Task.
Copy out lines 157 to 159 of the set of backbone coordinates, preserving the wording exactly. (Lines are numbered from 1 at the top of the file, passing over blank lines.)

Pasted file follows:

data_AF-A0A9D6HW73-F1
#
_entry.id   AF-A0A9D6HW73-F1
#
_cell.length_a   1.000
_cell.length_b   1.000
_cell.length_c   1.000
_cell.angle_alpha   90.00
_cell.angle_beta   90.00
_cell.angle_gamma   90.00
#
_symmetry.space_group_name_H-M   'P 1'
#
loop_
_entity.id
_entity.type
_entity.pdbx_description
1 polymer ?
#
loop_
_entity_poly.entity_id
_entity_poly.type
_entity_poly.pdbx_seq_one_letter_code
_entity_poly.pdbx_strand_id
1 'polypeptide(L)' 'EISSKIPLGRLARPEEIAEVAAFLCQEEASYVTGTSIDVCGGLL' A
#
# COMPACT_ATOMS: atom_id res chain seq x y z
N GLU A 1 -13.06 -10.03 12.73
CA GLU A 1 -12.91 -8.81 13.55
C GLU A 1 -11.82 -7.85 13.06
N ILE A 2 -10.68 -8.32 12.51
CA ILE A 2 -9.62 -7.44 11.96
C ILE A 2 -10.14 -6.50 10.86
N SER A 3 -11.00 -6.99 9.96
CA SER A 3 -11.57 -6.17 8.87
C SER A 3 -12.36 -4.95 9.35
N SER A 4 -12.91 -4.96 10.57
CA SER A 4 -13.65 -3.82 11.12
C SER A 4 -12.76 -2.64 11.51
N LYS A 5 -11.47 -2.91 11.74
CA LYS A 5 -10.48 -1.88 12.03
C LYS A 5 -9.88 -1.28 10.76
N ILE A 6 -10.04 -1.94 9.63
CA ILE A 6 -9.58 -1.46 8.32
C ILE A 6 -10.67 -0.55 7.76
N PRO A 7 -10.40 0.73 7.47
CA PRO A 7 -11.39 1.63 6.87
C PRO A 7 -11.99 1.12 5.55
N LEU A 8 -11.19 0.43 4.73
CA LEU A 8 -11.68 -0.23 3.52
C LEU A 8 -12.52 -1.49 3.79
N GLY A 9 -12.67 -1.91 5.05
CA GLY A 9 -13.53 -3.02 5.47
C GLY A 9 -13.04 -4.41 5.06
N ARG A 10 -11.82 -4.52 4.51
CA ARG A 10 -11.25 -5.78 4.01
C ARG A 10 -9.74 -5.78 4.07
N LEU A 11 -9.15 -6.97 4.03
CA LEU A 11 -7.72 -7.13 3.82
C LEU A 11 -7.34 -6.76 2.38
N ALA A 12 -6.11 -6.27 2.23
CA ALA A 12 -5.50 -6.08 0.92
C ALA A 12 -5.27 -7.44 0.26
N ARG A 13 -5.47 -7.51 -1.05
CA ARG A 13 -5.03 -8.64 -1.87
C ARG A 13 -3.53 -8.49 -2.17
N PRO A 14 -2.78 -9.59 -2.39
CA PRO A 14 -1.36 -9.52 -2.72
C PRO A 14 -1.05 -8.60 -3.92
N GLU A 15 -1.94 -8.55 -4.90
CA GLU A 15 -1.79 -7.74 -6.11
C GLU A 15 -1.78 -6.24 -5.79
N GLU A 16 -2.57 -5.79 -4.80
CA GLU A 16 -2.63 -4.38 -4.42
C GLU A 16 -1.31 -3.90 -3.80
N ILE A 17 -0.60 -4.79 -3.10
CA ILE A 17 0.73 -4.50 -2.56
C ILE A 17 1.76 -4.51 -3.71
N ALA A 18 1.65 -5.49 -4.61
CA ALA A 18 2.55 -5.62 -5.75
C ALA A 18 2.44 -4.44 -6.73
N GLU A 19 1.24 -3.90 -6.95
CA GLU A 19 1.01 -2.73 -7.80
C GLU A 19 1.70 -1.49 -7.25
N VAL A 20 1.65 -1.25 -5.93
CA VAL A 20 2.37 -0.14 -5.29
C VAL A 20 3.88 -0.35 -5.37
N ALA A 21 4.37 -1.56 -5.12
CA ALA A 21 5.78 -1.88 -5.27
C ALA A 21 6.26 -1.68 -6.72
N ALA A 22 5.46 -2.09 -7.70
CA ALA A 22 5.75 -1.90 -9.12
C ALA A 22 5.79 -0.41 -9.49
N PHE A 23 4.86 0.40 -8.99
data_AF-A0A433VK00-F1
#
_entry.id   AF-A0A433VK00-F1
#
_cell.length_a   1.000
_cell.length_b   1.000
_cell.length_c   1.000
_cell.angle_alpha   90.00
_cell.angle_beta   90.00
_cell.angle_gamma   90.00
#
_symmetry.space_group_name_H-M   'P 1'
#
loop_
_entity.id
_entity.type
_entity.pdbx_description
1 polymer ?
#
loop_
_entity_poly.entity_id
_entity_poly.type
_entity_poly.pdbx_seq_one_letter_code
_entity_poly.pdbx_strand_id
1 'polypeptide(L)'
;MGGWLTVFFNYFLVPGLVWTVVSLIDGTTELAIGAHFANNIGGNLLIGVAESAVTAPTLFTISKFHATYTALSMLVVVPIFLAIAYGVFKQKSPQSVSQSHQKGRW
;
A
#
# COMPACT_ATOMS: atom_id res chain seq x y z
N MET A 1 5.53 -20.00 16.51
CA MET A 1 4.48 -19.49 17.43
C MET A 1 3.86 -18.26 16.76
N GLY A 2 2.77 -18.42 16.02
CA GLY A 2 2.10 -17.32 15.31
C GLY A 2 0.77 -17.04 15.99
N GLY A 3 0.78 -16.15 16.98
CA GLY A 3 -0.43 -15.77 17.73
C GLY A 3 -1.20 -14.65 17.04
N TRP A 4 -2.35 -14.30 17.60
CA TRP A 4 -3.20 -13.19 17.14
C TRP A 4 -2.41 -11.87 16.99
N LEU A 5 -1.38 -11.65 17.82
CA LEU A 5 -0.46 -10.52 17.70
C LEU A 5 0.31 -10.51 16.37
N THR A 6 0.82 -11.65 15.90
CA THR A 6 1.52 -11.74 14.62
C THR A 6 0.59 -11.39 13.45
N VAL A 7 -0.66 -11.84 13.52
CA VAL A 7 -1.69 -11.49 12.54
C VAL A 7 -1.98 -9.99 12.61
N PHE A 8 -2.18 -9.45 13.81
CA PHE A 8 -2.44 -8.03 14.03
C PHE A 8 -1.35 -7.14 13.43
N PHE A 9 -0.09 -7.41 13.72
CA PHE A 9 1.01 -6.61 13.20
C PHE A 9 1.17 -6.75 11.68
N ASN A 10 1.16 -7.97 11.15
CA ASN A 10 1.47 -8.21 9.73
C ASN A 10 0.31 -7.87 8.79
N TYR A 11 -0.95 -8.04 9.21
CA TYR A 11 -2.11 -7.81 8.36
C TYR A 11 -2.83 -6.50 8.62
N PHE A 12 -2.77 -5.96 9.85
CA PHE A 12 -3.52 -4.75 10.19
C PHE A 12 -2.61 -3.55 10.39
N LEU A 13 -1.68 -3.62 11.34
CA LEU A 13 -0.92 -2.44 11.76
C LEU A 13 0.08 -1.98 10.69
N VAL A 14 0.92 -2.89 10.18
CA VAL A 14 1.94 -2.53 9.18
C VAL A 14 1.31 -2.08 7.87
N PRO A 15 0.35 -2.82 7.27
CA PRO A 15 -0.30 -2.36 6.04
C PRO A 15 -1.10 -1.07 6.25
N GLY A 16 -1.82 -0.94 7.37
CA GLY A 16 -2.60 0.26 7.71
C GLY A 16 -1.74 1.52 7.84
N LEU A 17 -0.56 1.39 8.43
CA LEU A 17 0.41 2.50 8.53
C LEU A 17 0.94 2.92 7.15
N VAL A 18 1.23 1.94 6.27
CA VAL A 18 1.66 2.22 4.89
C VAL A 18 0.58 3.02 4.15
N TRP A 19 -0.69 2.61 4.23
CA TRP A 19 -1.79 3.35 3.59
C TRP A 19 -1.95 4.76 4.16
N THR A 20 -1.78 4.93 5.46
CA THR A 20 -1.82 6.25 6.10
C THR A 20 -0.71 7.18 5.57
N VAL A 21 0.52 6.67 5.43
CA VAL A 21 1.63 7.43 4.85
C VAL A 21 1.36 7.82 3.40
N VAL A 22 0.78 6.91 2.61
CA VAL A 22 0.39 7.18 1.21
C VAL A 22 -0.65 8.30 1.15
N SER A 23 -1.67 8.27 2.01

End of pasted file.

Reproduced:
C TYR A 11 -2.83 -6.50 8.62
N PHE A 12 -2.77 -5.96 9.85
CA PHE A 12 -3.52 -4.75 10.19